I’ve always done this, always conflated people. I’ve always filled the narrative of my life with composite characters consisting of conflated real people. I think I had sex with one woman throughout my college years over and over, but of course it would’ve been many women reduced to one in my mind. Why is that?

I do remember an actual moment, I think. It’s possible I’ve completely invented it or at least taken it from a different part of my life and modified the setting and characters and repurposed it here with me and Peggy’s daughter. Why would I do this? Why am I searching for significance with someone whose name I can’t even recall?

We had visiting clients from the Middle East or maybe Southeast Asia in town. Part of my job involved meeting these guys at the airport when they came, getting them settled into their hotels and taking them out on the town to show them around. My skill set consisted of being fun and unscrupulous.

I think I was sitting in the office while Peggy’s daughter was printing registrations or whatever for our guests while I waited to leave for the airport. It was late at night, and no one else was in the office. No, this isn’t some story of seduction and surreptitious workplace sex. That I hope I would remember. We probably just sat and talked pleasantly while she worked and I worked up the nerve to be sociable for our foreign visitors. It’s mainly her smile I can picture, but I’m sure we talked and hit it off.

Was she actually beautiful or have I just assigned this detail to my memory to make the story more profound?

It must not have been long after this that she killed herself. I was waiting at the airport for a man from Saudi Arabia when I heard. Another coworker called in tears and told me. I heard the story and accepted it as tragic, but I didn’t make the connection of who we were talking about. I remember thinking that I barely knew Peggy and wasn’t sure why her daughter’s death was something I needed to be informed about. I was told that the girl was an intern with us, but we had a lot of interns so it didn’t mean much to me.

I guess Peggy’s daughter had suffered from depression and mental illness for years. From what I was told, Peggy got her the job to help her after a previous suicide attempt. I think she was trying to be a really supportive mom.

Peggy was traveling for work when her daughter died. I think she was in Marrakech at the time. The daughter was lying in bed listening to music with a pistol nearby. I’m sure she was upset, but I have no idea what about. She picked up the gun, held it to her chest and fired. Apparently she didn’t die right away. She shot herself two more times in the chest and once in the head before she finally died. I could be wrong about those numbers, but it was clear she never changed her mind about wanting to die. Is there comfort in that?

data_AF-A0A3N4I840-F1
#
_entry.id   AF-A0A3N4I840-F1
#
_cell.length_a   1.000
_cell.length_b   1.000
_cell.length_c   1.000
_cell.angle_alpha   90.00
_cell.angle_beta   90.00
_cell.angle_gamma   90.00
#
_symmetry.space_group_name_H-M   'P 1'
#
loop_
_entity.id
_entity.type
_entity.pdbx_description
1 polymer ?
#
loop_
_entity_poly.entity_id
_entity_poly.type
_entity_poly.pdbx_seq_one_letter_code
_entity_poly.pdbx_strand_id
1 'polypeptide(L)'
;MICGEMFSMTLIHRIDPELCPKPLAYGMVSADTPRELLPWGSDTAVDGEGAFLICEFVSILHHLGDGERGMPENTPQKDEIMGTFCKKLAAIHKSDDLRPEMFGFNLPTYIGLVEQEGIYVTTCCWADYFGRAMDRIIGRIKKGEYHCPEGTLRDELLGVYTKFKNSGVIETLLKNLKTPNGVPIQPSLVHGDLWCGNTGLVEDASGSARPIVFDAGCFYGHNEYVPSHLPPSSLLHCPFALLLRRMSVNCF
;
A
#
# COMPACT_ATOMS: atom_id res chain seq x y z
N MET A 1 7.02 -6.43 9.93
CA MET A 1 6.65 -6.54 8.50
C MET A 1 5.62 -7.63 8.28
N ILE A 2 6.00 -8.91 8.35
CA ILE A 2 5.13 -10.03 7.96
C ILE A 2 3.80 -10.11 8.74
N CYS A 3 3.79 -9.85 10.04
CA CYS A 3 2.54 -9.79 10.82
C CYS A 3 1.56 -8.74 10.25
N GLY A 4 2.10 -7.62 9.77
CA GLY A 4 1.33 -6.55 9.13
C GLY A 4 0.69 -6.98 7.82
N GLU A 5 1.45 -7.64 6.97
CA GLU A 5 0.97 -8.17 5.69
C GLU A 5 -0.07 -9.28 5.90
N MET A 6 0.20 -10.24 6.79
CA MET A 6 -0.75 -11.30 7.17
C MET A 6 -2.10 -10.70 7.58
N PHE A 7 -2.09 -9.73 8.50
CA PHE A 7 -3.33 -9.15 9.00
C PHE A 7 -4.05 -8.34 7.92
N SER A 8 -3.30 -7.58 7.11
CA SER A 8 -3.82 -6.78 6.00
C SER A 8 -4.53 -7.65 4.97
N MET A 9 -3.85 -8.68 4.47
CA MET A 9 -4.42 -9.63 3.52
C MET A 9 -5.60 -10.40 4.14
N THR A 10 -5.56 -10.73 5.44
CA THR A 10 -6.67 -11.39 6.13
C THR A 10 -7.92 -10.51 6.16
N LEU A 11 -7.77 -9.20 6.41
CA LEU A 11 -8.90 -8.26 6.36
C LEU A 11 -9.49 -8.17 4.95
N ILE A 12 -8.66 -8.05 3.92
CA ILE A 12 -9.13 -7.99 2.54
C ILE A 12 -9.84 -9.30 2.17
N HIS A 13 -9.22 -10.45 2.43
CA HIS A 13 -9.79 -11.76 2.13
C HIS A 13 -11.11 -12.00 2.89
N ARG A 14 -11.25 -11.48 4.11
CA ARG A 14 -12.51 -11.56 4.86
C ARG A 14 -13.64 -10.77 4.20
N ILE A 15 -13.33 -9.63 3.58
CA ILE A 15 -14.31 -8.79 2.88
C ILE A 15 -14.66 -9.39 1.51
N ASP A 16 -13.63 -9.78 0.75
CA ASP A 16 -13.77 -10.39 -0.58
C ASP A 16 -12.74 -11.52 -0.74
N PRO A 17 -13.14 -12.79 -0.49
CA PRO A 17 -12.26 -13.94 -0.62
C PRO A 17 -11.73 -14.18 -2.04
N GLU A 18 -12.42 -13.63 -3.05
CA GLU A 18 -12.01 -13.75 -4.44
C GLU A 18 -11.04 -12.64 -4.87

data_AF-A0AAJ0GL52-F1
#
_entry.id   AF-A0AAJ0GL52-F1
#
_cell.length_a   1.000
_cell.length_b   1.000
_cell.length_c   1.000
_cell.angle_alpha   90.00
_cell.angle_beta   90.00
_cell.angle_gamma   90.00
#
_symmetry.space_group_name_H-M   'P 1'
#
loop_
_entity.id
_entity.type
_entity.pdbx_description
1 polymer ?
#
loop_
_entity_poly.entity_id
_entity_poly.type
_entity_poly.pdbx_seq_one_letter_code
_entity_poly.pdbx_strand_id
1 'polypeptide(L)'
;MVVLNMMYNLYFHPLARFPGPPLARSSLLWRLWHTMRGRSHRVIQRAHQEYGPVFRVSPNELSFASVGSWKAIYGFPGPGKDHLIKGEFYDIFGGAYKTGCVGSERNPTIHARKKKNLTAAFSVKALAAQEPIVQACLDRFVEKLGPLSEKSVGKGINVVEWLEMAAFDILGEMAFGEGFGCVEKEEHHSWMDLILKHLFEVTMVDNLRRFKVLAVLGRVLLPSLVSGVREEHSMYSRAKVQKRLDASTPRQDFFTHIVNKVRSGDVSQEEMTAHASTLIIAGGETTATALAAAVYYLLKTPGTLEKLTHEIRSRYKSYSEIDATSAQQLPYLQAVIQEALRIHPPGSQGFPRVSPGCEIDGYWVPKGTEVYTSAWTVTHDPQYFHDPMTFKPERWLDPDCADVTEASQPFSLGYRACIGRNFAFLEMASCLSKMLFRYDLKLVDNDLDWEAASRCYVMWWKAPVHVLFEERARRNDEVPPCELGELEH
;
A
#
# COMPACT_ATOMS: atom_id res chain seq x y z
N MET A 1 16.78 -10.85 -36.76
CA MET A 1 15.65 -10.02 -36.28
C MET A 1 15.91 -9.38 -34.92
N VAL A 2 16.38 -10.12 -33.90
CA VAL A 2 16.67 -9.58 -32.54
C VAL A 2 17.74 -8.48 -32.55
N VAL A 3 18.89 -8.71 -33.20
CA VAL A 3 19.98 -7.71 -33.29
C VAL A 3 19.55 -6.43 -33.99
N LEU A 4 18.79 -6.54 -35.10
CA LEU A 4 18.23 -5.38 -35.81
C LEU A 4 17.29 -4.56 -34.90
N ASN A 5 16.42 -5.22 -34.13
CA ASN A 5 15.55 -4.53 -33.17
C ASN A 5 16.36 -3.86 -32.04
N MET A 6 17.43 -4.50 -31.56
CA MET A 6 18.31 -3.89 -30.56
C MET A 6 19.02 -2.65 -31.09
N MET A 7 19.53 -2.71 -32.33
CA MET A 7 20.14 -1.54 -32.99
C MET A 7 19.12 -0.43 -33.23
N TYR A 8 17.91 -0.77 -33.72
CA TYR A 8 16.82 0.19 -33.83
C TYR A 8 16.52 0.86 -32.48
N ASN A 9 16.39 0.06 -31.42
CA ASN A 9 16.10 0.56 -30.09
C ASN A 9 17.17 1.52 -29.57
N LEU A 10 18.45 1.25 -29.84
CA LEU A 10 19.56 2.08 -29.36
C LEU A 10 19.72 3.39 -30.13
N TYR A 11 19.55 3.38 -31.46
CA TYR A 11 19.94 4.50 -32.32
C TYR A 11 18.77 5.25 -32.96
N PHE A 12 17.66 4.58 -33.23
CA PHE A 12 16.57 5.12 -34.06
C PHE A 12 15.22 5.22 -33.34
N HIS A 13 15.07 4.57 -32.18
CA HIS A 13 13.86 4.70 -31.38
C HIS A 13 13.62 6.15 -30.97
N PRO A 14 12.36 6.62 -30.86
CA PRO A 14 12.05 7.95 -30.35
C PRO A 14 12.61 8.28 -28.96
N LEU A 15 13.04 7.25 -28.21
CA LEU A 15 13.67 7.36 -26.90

I didn’t go to the funeral. I didn’t know who she was. I signed a card, I’m sure, expressing my condolences. The office was somber, but, for my job, I had to continue to be upbeat and outgoing for our clients. I’ve always been able to compartmentalize anyway.

Years before, I’d attended the funeral of a coworker’s boyfriend, who was a police officer and had been killed in the line of duty. The boyfriend had been checking out a used car lot where there’d been an attempted break-in. While he was walking around with his flashlight, the officer was shot and killed by the burglar, who was hiding in the shadows. He and my coworker were both very young, and the funeral was a mess of raw emotion. I remember someone wailing loudly. The father maybe. I was young and aloof, so I approached my grieving coworker and told her how outraged I was over what had happened. She was gracious, but I’m sure I must’ve been irritating.

At another job, a coworker’s son died of a head injury in a freak accident. He’d been showing off his new motorcycle to some friends in his driveway when he wrecked it at a slow speed and hit his head on the cement. No helmet. He sat up at the time and was talking with his friends, laughing and telling them he was fine, until his brain swelled up and killed him. I remember a line at the calling hours that seemingly stretched for miles. Was that the most tragic death of them all?

It was weeks after Peggy’s daughter’s death that I thought of the girl with the smile that I’d talked to that one night in the office. I wasn’t sure whether or not this was the daughter, but even now I can’t imagine who else it would’ve been. Is it possible I’ve conflated her with another intern, another possibly beautiful girl with such a memorable smile?